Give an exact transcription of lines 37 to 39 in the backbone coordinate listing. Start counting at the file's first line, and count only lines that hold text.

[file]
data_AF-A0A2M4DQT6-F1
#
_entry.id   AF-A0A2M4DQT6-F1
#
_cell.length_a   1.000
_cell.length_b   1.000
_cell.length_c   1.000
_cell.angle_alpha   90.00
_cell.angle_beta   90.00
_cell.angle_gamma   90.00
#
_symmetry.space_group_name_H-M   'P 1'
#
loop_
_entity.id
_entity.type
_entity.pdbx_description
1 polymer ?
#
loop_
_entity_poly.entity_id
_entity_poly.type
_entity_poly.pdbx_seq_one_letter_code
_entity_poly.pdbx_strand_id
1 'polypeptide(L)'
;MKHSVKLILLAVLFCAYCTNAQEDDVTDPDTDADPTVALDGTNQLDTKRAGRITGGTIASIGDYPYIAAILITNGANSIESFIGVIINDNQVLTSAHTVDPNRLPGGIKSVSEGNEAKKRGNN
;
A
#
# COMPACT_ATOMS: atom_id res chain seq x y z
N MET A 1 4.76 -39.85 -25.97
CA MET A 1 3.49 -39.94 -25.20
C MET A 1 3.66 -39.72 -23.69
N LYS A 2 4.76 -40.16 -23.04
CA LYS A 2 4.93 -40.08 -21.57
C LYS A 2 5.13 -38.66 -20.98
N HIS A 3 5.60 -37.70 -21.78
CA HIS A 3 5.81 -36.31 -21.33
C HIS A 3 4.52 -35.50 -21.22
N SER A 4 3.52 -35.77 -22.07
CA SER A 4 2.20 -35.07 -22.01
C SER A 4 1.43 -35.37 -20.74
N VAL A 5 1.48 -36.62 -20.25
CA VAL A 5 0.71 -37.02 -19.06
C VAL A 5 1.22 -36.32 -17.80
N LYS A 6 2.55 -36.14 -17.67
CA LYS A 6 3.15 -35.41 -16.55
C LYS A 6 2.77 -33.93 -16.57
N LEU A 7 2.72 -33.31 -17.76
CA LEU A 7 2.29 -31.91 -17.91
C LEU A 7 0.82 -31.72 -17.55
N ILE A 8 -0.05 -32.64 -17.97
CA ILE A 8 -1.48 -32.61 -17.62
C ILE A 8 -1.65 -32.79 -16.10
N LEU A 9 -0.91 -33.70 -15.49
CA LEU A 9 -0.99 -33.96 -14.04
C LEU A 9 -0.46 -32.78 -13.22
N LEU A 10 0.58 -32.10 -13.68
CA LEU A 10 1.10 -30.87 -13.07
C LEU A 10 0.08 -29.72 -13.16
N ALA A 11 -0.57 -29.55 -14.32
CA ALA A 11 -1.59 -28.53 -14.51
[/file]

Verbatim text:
N HIS A 3 5.60 -37.70 -21.78
CA HIS A 3 5.81 -36.31 -21.33
C HIS A 3 4.52 -35.50 -21.22